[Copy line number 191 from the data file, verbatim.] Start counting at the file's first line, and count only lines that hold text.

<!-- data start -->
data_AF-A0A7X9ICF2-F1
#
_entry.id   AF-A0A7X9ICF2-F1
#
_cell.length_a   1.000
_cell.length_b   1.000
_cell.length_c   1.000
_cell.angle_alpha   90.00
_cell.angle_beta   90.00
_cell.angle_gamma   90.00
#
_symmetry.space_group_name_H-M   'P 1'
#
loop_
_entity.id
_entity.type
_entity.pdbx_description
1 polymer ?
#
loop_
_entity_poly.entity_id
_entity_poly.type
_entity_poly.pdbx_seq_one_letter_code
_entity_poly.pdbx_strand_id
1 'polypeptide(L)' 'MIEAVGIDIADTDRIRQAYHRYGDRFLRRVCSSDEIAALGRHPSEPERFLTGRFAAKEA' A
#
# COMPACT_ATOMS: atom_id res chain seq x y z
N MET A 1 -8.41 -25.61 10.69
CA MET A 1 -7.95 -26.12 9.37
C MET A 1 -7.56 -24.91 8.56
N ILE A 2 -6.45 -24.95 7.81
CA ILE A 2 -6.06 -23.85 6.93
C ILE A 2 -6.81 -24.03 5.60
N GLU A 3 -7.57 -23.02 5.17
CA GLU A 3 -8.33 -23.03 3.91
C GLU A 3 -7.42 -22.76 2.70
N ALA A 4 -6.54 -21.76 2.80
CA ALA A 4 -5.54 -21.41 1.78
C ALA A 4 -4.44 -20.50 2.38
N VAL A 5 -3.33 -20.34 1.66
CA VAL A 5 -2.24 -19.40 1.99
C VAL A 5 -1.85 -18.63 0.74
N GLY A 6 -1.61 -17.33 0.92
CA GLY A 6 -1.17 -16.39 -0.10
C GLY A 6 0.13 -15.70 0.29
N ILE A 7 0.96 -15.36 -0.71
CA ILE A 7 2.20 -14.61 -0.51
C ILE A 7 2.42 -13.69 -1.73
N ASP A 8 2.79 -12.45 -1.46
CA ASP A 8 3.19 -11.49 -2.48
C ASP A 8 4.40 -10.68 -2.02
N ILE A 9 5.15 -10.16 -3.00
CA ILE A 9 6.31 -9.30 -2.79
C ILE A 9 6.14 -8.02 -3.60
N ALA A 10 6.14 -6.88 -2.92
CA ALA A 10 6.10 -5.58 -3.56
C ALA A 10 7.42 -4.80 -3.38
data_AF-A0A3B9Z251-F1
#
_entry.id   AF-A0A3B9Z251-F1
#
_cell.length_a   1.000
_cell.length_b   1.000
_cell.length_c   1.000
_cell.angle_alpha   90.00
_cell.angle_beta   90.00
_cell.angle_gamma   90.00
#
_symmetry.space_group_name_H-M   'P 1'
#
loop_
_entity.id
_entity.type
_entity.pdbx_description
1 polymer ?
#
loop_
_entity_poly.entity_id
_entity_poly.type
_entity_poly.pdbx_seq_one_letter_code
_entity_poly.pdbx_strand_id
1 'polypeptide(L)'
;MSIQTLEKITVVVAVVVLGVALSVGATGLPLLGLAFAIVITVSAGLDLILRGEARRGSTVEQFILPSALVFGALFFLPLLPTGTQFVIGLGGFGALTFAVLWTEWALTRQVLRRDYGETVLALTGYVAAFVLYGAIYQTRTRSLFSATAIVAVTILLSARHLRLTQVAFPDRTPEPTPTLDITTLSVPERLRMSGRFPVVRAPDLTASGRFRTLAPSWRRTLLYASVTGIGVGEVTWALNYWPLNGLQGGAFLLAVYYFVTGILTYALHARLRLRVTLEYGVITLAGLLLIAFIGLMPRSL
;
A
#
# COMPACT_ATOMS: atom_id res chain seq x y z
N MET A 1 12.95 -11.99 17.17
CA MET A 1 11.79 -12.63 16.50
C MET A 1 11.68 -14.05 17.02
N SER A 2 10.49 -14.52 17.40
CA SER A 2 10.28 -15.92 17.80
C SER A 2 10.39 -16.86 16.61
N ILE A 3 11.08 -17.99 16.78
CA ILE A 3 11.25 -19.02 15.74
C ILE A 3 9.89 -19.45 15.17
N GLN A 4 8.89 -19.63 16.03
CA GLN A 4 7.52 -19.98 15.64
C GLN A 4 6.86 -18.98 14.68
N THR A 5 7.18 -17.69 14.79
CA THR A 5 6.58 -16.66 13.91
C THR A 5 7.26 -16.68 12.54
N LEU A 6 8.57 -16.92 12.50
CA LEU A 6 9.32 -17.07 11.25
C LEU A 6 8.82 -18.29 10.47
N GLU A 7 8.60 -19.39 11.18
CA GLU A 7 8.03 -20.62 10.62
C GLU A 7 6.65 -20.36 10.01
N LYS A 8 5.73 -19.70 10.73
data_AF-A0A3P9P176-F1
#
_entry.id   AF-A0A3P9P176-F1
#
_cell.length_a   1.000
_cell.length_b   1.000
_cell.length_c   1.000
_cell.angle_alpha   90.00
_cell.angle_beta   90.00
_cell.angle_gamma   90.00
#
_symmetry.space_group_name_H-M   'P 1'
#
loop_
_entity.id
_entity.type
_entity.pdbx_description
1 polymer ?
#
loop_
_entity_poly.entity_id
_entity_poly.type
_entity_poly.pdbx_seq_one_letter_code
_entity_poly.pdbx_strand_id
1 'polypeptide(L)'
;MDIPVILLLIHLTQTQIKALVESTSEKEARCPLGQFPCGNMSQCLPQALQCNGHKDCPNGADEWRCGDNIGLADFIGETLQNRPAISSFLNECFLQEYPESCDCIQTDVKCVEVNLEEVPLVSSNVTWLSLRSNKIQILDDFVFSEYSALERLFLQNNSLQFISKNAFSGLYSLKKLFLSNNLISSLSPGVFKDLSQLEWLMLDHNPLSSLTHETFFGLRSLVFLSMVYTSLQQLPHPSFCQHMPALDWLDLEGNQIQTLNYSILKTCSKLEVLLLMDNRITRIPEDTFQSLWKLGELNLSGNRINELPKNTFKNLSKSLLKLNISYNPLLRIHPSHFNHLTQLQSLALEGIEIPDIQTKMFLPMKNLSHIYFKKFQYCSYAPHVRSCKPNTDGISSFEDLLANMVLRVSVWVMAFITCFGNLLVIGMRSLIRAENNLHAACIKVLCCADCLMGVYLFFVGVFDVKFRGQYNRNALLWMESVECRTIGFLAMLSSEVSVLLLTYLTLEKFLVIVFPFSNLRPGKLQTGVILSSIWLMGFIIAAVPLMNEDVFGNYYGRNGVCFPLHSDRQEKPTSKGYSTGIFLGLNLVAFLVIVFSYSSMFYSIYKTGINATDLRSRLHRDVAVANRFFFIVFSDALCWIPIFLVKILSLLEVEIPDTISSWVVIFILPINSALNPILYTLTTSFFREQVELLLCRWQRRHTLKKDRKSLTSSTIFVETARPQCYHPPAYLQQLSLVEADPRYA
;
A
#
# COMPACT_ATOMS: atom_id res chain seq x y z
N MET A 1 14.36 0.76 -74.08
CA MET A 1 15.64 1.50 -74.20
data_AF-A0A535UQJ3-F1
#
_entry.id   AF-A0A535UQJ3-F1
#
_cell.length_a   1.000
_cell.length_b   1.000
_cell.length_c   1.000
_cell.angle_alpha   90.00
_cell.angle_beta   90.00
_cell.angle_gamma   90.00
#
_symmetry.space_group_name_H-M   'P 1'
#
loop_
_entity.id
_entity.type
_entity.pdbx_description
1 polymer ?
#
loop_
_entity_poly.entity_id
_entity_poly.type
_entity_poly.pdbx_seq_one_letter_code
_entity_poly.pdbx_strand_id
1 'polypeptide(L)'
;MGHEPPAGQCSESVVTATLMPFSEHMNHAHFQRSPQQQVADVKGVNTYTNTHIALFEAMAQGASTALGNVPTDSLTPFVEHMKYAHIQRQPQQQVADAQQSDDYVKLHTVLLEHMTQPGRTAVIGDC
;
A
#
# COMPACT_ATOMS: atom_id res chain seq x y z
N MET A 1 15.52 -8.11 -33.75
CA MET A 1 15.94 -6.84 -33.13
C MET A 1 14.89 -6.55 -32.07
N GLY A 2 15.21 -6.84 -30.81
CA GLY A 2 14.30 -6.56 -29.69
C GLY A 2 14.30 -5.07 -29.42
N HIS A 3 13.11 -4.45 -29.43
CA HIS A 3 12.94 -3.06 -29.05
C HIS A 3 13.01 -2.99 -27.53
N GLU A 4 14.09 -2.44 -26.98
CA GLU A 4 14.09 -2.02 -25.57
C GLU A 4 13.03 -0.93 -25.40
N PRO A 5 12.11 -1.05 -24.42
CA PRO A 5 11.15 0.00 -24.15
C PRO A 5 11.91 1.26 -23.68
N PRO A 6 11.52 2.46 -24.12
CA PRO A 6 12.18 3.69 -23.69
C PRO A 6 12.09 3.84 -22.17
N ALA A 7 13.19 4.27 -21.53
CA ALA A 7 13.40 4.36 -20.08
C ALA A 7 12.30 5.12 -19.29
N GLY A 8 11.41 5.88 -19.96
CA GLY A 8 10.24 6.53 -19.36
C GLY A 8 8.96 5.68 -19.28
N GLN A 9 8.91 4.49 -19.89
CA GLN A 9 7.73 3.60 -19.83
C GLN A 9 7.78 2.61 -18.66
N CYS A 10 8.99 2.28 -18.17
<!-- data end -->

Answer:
CA ALA A 7 13.40 4.36 -20.08